The Seminole Tribe’s landmark new 30-year gambling compact with the state of Florida has passed federal scrutiny.
It did so by avoiding federal judgment. The Department of the Interior informed the Tribe and State of Florida on Friday that it would take no action in ascertaining its legality, letting the deal bringing legal sports betting to Florida pass into law without a verdict as the 45-day consideration period ended.
That doesn’t mean this is over and that sports betting in Florida will launch on Oct. 15, as the Seminoles and Gov. Ron DeSantis hope.
The wrinkle in this compact remains the fact it would grant the tribe the right to offer mobile sports betting beyond its six casino properties and tribal lands. This prospect has been heavily hypothesized by industry observers as contrary to the word and precedent of the Indian Gaming Regulatory Act.
But by not ruling either way, the DOI and Bureau of Indian Affairs have effectively allowed the federal courts to decide if this game-changing deal is legal. And there will be plenty of challenges and challengers in what figures to be a lengthy process.
While most analysts agree retail sportsbooks at tribal casinos will pass muster, online sports betting is much more speculative.
“The final approval of this historic gaming compact is a big deal for the State of Florida,” said DeSantis. “This mutually-beneficial agreement will grow our economy, expand tourism and recreation and provide billions in new revenue to benefit Floridians. I again want to thank Seminole Tribe of Florida Chairman Marcellus Osceola Jr., Senate President Wilton Simpson and House Speaker Chris Sprowls for their part in getting this done for our great state.”
How Department of Interior justified non-decision
DOI justified not striking the controversial mobile sports betting provision by describing IGRA as a document meant to flex with modern technology and provide native tribes with opportunity to exploit them. But mainly, it contended, that Florida legalized sports betting in conjunction with the compact and bargained to allow the Seminoles to offer it, the letter said, the matter was beyond federal purview.
Opponents will certainly dispute this vigorously.
The Department of the Interior explanation:
“In examining the permissibility of mobile sports betting under IGRA as a novel matter, the Department seeks to uphold the intent of IGRA and notes that:
1) evolving technology should not be an impediment to tribes participating in the gaming industry;
2) the pursuit of mobile gaming is in-line with the public policy considerations of IGRA to promote tribal economic development, self-sufficiency, and strong tribal governments; and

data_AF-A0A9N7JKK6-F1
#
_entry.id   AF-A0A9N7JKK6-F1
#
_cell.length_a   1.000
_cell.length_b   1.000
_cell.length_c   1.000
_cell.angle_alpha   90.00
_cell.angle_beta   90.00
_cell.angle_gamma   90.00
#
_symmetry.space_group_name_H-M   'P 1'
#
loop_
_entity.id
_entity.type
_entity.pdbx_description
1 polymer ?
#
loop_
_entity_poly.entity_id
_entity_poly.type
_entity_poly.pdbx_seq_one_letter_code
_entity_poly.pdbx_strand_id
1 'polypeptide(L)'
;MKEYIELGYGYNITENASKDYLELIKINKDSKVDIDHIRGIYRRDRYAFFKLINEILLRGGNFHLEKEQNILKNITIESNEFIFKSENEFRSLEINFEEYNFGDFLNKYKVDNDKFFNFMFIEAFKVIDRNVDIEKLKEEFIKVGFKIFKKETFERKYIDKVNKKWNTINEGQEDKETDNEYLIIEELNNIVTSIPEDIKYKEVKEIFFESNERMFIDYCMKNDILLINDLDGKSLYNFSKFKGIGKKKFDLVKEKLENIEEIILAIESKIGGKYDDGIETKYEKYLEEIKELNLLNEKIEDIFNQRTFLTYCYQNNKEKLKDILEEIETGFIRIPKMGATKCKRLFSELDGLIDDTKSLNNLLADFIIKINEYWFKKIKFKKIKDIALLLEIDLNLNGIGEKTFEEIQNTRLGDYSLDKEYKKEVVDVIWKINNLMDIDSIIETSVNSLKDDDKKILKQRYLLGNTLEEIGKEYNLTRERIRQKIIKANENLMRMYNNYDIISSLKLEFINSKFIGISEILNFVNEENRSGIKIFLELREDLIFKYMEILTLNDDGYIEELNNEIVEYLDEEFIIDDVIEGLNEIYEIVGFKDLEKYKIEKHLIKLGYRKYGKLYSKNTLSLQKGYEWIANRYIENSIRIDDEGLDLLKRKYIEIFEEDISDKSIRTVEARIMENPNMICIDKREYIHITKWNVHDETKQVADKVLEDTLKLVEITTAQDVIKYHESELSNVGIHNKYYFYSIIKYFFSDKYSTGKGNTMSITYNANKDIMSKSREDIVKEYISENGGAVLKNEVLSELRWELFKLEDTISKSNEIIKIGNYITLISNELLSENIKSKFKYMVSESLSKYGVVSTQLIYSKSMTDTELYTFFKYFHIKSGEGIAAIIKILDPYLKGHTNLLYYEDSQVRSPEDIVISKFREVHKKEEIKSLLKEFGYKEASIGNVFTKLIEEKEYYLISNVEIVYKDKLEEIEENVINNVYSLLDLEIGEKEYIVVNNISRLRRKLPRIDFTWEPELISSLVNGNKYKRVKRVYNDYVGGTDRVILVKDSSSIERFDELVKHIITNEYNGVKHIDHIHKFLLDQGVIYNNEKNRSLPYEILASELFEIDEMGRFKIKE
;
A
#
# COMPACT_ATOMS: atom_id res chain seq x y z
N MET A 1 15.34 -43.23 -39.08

3) the purposes of IGRA would be served through the improvement of tribal-state cooperation in the regulation of mobile wagering.
Until recently, compact review under IGRA was limited to “brick and mortar” gaming facilities located on Indian lands, with both the player and the bet taking place in one physical location. By virtue of internet gaming, however, the player can be in one physical location and the server – which facilitates the wager – can be in a separate location, creating ambiguity as to the physical location where the wager occurs.
“Until recently, compact review under IGRA was limited to “brick and mortar” gaming facilities located on Indian lands, with both the player and the bet taking place in one physical location. By virtue of internet gaming, however, the player can be in one physical location and the server-which facilitates the wager-can be in a separate location, creating ambiguity as to the physical location where the wager occurs.
“Courts and agencies have previously examined tribal use of the internet for gaming, finding that such an offering was impermissible under IGRA. However, those cases presented scenarios where tribal internet wagering was not done with the consent of a State pursuant to a tribal-state compact; and, in some instance, where state law prohibited the contemplated form of online gaming.
“Here, both the Compact and the State law authorize the Tribe to engage in mobile sports betting and provide that the gaming takes place on Indian lands where: (1) the Tribe owns and operates the gaming, (2) the server is located on Indian lands; and (3) the player is located within the geographic bounds of the State.”